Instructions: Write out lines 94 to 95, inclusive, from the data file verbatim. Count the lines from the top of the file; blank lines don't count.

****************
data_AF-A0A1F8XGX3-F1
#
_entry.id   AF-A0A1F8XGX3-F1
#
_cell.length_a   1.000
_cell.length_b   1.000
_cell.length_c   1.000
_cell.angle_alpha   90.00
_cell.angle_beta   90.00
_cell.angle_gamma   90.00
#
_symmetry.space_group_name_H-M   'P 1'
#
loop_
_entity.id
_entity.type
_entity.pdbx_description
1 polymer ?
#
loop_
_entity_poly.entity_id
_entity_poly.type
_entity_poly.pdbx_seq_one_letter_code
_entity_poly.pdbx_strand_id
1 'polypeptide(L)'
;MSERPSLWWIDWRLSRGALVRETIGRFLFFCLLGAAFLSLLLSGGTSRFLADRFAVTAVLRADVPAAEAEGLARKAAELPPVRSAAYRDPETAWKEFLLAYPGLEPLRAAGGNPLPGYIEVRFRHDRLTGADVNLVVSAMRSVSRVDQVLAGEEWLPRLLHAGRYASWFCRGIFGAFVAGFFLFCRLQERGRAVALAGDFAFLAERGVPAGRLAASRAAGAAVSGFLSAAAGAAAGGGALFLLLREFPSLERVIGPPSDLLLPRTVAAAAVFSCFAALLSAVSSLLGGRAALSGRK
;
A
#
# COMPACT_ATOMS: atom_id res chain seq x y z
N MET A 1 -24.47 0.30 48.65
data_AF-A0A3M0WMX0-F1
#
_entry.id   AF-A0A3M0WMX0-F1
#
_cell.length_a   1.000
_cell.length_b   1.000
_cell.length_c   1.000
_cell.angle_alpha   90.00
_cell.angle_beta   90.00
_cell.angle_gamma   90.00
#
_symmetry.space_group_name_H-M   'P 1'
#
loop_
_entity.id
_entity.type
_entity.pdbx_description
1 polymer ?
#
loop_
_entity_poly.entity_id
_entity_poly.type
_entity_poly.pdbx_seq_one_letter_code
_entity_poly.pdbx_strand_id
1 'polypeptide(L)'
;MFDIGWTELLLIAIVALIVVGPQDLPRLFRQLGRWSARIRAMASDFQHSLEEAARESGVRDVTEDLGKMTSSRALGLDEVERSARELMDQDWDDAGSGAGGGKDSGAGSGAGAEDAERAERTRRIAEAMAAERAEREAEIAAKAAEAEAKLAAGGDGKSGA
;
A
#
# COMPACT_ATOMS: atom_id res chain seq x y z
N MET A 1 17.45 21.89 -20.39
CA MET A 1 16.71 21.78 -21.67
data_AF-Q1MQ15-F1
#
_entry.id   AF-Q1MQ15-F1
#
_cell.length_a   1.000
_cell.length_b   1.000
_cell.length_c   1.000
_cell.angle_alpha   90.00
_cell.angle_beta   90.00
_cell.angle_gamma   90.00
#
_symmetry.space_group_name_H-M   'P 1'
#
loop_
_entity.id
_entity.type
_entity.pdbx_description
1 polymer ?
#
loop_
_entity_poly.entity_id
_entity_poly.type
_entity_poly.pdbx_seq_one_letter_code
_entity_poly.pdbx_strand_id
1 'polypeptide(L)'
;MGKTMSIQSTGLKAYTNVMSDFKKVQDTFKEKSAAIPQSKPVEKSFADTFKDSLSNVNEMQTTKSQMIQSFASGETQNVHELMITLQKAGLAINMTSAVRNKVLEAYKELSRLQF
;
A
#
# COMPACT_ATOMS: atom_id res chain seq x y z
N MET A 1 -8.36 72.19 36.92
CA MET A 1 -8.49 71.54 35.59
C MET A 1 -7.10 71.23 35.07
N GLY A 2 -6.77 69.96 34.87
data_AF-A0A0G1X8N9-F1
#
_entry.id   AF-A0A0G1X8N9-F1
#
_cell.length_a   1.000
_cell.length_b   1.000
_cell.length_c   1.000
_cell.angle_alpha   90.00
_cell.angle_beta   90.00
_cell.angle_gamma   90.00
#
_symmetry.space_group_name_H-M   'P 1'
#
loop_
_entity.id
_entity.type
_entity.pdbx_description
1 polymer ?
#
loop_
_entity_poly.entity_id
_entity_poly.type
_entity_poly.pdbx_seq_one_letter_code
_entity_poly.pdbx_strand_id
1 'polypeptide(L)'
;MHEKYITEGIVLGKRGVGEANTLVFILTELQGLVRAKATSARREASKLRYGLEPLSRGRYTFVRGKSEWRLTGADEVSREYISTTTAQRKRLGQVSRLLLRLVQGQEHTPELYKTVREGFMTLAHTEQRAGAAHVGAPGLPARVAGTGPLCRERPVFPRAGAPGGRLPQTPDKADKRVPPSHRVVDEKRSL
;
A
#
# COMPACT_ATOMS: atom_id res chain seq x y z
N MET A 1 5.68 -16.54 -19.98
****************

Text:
N MET A 1 -8.36 72.19 36.92
CA MET A 1 -8.49 71.54 35.59